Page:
Sacred Ratio Operation Result Inverse of Sacred Ratio
1 Square root of 1 1 1
2 Square root of 2 1.414 0.5
3 Square root of 3 1.732 0.333
4 Square root of 4 2 2.236
5 Square root of 5 0.25 0.2

Whatever the source, the 50% ratio seems to be a rather important and relevant level when trading, so often times it is included in Fibonacci analysis as if it were a Fibonacci ratio. Some of the other numbers included in the table have been mistaken as Fibonacci ratios as well, but obviously are not.

Whatever the source, the 50% ratio seems to be a rather important and relevant level when trading, so often times it is included in Fibonacci analysis as if it were a Fibonacci ratio. Some of the other numbers included in the table have been mistaken as Fibonacci ratios as well, but obviously are not.

Hammers Cadlestick Formation

May act as a leading indicator suggesting a shift in bullish/bearish momentum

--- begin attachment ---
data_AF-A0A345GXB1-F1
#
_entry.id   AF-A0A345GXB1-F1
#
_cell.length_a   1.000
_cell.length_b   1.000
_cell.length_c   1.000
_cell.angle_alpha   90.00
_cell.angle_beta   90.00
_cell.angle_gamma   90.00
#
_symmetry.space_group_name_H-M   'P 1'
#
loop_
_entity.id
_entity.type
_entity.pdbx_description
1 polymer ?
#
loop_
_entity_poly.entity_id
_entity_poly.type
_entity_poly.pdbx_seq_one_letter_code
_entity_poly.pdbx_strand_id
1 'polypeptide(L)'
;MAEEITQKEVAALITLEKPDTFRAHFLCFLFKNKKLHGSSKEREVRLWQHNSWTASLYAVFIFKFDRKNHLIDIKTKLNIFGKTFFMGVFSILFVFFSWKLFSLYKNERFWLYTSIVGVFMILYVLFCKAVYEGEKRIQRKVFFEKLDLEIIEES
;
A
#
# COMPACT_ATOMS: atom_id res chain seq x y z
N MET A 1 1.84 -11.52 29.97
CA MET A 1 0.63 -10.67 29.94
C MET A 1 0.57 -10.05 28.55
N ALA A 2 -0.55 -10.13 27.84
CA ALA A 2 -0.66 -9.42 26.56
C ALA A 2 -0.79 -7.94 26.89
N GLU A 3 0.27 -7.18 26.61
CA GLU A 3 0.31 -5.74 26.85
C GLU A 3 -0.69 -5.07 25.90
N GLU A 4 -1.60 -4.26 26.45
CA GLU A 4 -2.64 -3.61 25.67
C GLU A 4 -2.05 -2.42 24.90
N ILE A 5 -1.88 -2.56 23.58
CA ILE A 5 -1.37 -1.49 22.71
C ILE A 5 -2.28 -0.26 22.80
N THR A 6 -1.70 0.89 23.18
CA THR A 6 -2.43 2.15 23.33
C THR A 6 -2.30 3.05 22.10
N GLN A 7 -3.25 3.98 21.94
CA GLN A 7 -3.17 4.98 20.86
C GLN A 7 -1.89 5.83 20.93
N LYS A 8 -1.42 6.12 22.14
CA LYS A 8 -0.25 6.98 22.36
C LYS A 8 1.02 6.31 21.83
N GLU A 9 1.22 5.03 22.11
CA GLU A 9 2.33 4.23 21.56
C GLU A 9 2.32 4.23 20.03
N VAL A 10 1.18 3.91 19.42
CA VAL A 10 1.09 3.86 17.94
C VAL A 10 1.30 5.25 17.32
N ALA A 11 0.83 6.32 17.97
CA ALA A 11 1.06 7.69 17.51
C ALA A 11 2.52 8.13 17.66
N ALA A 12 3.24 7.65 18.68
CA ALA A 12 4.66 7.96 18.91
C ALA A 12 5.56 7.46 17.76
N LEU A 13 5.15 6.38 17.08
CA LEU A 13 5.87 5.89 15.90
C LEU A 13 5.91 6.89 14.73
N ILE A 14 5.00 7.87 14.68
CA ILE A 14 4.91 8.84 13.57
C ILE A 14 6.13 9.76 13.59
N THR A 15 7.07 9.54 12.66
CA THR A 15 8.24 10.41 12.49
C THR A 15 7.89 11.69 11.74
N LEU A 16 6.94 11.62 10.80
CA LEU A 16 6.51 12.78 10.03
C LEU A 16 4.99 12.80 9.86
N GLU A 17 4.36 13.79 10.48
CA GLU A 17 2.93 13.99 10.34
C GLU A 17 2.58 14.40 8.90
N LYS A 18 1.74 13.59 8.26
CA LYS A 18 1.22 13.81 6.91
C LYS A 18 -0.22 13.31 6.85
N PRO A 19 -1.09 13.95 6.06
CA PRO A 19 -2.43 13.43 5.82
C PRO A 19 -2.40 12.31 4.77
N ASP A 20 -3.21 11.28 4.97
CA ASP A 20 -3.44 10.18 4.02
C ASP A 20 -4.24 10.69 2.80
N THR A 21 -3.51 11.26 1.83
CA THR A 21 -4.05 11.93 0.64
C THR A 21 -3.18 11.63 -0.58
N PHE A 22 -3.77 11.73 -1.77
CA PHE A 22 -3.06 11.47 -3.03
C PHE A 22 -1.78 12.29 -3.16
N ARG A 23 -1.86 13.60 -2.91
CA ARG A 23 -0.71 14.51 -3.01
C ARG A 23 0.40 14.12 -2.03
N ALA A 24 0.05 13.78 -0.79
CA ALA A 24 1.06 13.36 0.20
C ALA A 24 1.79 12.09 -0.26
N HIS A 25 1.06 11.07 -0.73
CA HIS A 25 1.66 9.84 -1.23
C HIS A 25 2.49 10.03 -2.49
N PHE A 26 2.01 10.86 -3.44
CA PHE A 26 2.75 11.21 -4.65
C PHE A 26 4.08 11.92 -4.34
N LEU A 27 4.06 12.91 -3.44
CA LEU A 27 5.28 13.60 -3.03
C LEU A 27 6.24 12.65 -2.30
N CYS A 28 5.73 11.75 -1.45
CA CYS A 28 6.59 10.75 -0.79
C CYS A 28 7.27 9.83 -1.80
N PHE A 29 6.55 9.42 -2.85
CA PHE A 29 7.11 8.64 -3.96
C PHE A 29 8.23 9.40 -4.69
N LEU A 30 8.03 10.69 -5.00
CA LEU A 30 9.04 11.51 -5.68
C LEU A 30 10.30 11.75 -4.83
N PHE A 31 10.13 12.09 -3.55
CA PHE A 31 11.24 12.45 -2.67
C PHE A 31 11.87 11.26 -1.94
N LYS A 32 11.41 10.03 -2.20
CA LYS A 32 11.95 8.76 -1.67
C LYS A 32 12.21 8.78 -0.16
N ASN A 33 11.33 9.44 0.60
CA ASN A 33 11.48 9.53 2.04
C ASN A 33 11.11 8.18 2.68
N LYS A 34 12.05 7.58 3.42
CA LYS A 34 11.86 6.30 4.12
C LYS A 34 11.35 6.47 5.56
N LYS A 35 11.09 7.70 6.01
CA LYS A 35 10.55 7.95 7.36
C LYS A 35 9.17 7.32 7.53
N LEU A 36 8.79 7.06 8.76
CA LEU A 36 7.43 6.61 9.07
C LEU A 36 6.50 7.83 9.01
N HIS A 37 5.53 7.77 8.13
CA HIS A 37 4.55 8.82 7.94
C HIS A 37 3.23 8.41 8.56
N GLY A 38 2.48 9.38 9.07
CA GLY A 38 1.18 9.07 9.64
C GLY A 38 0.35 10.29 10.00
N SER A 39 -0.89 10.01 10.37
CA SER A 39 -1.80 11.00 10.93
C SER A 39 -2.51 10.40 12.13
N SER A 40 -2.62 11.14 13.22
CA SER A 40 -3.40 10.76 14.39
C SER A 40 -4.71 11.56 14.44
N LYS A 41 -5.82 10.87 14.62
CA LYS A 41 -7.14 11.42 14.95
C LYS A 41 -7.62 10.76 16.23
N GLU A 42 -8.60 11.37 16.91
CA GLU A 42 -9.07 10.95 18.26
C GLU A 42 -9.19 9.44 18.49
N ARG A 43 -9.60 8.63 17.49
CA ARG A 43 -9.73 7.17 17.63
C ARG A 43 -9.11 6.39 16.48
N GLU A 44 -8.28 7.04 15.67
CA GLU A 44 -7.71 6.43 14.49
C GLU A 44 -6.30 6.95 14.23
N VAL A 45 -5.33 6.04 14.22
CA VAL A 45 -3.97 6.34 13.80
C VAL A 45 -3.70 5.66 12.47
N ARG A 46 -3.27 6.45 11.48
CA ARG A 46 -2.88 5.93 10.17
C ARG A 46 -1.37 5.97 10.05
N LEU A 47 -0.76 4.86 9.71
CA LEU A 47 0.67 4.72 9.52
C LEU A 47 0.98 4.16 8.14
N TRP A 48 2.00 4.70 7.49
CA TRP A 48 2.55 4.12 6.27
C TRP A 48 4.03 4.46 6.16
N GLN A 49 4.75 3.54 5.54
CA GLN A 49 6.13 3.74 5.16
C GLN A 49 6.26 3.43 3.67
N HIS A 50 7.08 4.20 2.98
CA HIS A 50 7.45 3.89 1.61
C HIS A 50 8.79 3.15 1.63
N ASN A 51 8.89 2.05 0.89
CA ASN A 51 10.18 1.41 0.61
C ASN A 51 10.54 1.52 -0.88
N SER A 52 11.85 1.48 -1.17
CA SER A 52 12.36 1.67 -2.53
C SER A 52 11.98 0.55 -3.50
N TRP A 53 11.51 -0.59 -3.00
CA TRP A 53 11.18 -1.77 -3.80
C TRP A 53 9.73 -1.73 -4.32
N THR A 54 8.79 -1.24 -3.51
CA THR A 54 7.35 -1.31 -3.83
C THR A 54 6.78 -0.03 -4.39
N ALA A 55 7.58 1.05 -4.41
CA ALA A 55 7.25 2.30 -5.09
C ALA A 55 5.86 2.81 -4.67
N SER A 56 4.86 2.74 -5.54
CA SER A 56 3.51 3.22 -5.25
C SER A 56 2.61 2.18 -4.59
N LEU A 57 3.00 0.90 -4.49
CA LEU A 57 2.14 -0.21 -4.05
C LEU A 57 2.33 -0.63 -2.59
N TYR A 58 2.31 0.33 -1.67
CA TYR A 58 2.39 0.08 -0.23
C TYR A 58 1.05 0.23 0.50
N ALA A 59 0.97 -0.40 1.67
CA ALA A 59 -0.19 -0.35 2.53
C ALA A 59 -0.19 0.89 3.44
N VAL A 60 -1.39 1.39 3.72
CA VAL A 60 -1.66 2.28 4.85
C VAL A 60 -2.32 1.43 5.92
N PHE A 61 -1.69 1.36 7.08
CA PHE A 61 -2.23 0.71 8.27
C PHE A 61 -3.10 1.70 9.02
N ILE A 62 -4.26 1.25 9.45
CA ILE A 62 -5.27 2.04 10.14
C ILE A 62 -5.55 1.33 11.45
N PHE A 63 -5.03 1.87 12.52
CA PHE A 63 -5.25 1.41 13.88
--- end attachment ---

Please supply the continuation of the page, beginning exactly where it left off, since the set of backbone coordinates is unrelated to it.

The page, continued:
Completed hammers may help to either confirm, or negate, a potential significant high or low has occurred. –price drives higher or lower “hammering” out a top or bottom before closing back towards open

Significance increases with length of shadow (ideally 2-3 times the size of the body) as well as timeframe

Hammers may also help confirm, or strengthen, other reversal indicators (i.e. may occur as part of tweezer formation, or next to doji, etc.)

A hammer “fails” when new high is achieved immediately after completion (candle), and a hammer bottom “fails” if next candle achieves new low.

A hammer “fails” when new high is achieved immediately after completion (candle), and a hammer bottom “fails” if next candle achieves new low.